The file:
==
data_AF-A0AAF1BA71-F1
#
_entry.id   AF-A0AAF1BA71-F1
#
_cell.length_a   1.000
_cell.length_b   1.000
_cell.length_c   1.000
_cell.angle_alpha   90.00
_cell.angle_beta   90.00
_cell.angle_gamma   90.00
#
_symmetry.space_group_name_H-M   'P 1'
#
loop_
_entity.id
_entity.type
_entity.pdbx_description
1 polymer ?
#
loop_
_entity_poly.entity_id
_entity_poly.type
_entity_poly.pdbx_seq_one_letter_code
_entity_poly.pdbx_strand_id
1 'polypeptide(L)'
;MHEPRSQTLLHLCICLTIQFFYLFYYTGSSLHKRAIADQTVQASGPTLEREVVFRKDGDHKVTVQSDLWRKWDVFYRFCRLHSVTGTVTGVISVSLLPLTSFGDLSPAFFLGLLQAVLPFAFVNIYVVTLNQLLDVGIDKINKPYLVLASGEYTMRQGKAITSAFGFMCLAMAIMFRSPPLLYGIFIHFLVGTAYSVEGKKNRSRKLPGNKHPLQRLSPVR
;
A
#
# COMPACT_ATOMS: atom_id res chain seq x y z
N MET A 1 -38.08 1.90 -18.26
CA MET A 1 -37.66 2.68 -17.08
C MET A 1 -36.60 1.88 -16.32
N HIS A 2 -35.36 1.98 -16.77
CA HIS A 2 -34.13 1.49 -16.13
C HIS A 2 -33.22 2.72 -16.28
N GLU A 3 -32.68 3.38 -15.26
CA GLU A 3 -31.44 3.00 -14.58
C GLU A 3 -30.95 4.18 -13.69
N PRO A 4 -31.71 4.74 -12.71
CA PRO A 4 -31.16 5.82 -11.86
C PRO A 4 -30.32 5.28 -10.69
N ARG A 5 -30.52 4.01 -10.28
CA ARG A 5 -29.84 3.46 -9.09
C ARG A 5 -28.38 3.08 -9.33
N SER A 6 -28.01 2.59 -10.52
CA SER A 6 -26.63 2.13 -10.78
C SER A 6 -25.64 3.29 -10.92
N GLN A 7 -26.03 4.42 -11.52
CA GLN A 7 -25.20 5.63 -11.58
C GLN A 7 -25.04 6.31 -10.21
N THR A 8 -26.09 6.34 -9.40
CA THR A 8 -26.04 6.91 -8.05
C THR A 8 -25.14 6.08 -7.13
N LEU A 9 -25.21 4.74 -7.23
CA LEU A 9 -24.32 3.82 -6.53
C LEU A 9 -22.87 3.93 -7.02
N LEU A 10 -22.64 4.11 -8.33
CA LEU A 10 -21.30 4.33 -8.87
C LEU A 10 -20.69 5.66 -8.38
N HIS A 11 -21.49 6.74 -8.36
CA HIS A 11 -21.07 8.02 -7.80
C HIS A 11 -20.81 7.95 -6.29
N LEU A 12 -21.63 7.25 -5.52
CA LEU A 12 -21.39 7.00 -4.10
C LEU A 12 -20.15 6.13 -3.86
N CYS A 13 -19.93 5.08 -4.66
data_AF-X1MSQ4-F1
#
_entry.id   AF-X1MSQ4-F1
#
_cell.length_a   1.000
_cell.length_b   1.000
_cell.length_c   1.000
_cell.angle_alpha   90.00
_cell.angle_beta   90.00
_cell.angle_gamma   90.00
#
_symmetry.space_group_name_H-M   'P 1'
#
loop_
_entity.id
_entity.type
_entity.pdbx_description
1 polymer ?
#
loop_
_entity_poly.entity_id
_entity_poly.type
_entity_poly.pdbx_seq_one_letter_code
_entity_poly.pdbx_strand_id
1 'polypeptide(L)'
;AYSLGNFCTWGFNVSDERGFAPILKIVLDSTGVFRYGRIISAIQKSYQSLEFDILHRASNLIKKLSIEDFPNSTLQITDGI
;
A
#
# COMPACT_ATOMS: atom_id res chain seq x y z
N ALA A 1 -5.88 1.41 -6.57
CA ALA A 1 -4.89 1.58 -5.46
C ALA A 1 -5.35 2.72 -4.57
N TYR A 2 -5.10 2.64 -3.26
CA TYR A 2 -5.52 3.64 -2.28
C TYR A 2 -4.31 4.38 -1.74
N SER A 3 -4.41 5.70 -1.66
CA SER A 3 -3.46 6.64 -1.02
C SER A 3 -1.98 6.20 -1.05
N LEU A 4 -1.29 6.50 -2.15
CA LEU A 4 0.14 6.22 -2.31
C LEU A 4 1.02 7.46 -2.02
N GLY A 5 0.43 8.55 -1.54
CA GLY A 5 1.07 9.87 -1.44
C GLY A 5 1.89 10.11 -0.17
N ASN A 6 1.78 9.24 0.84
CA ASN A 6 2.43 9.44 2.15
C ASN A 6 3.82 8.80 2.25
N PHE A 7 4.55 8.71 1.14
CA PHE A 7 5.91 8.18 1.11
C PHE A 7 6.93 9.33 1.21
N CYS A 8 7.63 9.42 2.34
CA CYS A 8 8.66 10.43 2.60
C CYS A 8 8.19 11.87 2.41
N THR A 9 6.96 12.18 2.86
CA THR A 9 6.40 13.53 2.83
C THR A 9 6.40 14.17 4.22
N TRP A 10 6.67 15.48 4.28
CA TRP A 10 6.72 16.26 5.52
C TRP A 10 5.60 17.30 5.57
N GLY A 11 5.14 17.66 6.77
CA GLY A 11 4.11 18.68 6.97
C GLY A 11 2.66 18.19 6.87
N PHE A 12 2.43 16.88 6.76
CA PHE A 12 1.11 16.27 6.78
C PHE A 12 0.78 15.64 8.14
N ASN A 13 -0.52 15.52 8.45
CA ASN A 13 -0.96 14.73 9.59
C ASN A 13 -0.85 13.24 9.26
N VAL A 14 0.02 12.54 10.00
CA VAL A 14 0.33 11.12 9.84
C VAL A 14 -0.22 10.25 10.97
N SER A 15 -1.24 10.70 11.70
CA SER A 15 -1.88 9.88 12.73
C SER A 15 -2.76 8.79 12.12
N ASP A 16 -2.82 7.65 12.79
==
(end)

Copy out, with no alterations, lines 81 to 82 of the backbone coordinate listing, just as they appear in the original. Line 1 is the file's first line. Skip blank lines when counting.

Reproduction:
loop_
_entity.id